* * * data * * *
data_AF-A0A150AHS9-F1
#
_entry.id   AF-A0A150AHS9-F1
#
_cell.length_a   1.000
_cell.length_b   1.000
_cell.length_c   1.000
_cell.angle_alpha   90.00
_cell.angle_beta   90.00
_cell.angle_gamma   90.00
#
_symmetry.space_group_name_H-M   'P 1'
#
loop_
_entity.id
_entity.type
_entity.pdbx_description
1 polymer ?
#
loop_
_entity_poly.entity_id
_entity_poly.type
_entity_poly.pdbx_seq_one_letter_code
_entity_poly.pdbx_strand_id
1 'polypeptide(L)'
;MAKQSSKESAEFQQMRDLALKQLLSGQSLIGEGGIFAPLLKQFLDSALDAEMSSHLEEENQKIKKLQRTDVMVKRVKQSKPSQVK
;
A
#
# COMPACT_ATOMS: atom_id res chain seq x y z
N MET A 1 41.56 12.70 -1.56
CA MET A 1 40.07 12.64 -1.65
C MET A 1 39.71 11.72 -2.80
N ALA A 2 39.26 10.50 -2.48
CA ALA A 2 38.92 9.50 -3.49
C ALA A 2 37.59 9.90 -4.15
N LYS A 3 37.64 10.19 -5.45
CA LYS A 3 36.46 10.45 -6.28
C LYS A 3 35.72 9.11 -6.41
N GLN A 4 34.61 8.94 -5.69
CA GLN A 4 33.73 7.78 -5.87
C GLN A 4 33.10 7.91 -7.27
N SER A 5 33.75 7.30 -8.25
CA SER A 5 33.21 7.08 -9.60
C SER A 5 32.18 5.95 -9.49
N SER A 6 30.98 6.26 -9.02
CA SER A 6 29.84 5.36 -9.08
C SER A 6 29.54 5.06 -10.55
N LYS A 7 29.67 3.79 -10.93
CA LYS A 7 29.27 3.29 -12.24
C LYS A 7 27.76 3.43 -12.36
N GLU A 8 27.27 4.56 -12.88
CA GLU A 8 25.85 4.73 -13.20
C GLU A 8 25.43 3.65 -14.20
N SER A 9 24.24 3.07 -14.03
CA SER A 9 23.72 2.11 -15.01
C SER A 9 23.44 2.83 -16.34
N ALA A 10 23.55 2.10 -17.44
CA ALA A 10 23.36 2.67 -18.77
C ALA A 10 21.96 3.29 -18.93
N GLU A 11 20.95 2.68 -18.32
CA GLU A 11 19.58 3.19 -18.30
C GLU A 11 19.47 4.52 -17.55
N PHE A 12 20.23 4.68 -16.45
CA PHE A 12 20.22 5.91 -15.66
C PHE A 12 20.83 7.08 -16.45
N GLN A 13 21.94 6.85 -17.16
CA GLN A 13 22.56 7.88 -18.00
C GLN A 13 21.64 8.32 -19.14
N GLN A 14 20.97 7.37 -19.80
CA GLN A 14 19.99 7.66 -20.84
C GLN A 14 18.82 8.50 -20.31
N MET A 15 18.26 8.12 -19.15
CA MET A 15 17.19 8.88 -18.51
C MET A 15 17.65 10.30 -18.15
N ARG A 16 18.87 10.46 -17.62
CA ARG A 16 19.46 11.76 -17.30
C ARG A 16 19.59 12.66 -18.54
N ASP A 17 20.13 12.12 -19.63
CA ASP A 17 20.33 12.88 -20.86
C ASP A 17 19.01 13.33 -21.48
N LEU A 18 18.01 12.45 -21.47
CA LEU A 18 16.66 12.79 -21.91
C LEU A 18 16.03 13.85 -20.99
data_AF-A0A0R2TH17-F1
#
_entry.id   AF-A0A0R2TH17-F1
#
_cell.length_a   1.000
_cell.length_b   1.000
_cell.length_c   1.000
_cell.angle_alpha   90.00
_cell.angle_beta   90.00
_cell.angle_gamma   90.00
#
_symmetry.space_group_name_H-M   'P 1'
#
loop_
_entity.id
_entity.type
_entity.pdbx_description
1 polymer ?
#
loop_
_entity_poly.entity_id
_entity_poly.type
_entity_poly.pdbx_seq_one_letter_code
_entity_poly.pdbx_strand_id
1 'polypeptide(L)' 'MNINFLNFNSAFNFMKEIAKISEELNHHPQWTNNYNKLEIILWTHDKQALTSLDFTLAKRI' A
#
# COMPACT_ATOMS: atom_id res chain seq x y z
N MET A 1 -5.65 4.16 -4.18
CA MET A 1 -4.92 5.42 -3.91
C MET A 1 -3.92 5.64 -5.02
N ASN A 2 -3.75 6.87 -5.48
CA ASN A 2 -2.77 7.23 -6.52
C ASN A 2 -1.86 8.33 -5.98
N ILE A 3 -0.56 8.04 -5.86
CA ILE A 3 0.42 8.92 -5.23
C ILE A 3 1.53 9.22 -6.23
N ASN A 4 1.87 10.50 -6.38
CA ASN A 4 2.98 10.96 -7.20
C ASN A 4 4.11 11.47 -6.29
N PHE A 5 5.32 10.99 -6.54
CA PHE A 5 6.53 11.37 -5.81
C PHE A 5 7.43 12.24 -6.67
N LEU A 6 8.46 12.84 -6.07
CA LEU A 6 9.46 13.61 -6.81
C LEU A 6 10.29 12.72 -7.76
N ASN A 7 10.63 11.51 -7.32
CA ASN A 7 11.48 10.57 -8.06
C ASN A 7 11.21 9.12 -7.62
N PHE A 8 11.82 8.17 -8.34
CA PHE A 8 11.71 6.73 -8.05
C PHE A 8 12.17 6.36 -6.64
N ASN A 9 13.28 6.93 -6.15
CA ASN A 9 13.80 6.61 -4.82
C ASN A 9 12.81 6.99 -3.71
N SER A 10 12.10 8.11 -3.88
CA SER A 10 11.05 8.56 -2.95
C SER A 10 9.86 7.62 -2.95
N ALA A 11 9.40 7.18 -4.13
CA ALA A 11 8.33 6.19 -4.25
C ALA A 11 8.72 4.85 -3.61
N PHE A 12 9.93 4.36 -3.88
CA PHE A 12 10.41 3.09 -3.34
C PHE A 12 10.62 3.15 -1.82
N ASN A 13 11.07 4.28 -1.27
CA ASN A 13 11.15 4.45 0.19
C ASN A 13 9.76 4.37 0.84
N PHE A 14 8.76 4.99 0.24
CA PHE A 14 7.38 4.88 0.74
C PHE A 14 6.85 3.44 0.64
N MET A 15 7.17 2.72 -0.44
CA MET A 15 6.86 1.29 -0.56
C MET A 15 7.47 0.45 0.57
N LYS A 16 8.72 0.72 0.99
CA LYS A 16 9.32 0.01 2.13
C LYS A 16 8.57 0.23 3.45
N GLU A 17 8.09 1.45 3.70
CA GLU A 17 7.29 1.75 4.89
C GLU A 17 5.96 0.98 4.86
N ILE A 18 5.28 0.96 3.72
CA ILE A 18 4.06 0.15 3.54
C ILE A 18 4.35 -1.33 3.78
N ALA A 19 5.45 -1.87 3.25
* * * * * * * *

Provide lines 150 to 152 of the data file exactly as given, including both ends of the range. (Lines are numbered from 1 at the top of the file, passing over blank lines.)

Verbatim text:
C ASN A 13 9.76 4.37 0.84
N PHE A 14 8.76 4.99 0.24
CA PHE A 14 7.38 4.88 0.74